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Thread Travel Diary: Honduras

Copan, Honduras

We Threadheads get the wonderful opportunity to work in other countries, explore their cultures, taste their food, and learn their languages. It’s a part of this work we are passionate about. We want the opportunity to share some of those experiences and maybe inspire you to check out Haiti or Honduras the next time you are looking for an adventure. So, we are beginning a new blog segment called “Travel Diaries,” where we can share some of those stories.

Last week Lee and I had the experience of spending some time in Honduras, meeting, touring, and interviewing the men and women responsible for our supply chain of recycled plastic out of the country.  It was Lee’s first time in Honduras and my first time in Central America, and in addition to having a productive work trip we had a great time.

Talking with entrepreneur Sixto Portillo, who runs 2 collection sites in Honduras and is in the process of opening a third.

The food

We were picked up from the airport and immediately asked, “What kind of food would you like to eat for lunch?”

“Honduran food!” we exclaimed, and were rewarded with an awesome lunch of octopus ceviche and Sopa de Caracol (Conch Soup). Being from landlocked Pittsburgh, fresh seafood is always a treat, and Sopa de Caracol is so famous in Honduras that it has a song written about it.  In un-millenial like fashion, I did not photograph my food, so you’ll just have to trust me when I say it was flavorful, spicy, and satisfying.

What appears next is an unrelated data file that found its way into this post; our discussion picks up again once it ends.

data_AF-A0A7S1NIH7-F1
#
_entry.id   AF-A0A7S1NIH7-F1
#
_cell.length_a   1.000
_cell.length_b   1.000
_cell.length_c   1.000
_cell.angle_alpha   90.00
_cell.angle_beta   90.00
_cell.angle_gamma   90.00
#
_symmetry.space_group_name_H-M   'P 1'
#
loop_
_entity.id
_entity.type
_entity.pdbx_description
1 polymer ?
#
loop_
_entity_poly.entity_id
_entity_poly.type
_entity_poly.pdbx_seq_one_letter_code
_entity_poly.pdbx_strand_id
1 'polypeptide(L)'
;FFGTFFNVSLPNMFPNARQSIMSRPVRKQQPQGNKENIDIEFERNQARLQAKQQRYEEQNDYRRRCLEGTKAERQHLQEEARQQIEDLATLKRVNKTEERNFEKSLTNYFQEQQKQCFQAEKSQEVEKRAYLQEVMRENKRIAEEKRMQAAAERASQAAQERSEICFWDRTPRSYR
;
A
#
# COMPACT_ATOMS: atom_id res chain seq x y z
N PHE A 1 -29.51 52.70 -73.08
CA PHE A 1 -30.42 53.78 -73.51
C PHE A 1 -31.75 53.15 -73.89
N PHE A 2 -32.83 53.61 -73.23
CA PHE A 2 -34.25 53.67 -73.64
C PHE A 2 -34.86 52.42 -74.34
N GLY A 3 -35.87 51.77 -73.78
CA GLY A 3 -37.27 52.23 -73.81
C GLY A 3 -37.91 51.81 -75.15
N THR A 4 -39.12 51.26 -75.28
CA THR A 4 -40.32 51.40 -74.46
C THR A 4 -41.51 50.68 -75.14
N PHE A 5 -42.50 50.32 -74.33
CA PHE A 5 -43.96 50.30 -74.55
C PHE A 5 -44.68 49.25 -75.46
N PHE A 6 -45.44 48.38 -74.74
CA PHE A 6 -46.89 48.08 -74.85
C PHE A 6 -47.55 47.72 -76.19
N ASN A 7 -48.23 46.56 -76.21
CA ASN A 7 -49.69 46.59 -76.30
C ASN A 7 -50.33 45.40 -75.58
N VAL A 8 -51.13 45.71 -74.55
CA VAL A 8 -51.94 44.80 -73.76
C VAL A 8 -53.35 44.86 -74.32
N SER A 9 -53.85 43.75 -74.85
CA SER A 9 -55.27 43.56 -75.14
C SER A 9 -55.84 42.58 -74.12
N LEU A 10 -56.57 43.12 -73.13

Other meal highlights included fresh hand made tortillas, a bean and cheese fondue-like dip, and refreshing, cold Imperial and Port Royal beer.

Lunch Break at Carnitas Nia Lola.
Lunch Break at Carnitas Nia Lola.

The sites

Honduras is mountainous and forested, and the weather was high 80’s and sunny. After a day of interviewing plastic recycling suppliers, we drove up through the mountains to the town of Copan, which is near the Guatemalan border.

We went to see the ancient Copan ruins, which has been a dream of mine ever since studying the Mayans in middle school history. We got to the park late in the afternoon, so the sun was low and we had the place to ourselves. It was warm and breezy, and there were birds that made noises that sounded more like computers than anything you’d find in nature. We wasted no time in climbing up the pyramids and monuments.

Copan Ruins.
Copan Ruins.

The views were spectacular.

It was humbling; exploring this massive city built thousands of years ago in the mountains.

Mayan Ruins
Lee looks at the ruins.

 I tried to recall facts from the Wikipedia page I had read on Copan the night before as we walked around, and Lee asked if I was making up history when I mentioned that one of the Kings of Copan was known as Moon Jaguar.

Everyone we met was friendly, helpful, and forgiving of my not speaking Spanish. I am working on this, and am grateful for Duolingo.

We even brought back 150 pounds of rPET flake sample, and only got stopped by Honduran and U.S. customs three times.

Not at all suspicious looking…
Not at all suspicious looking…

 Honduras is lovely. I look forward to going back, and will hopefully see some of the beaches next time.

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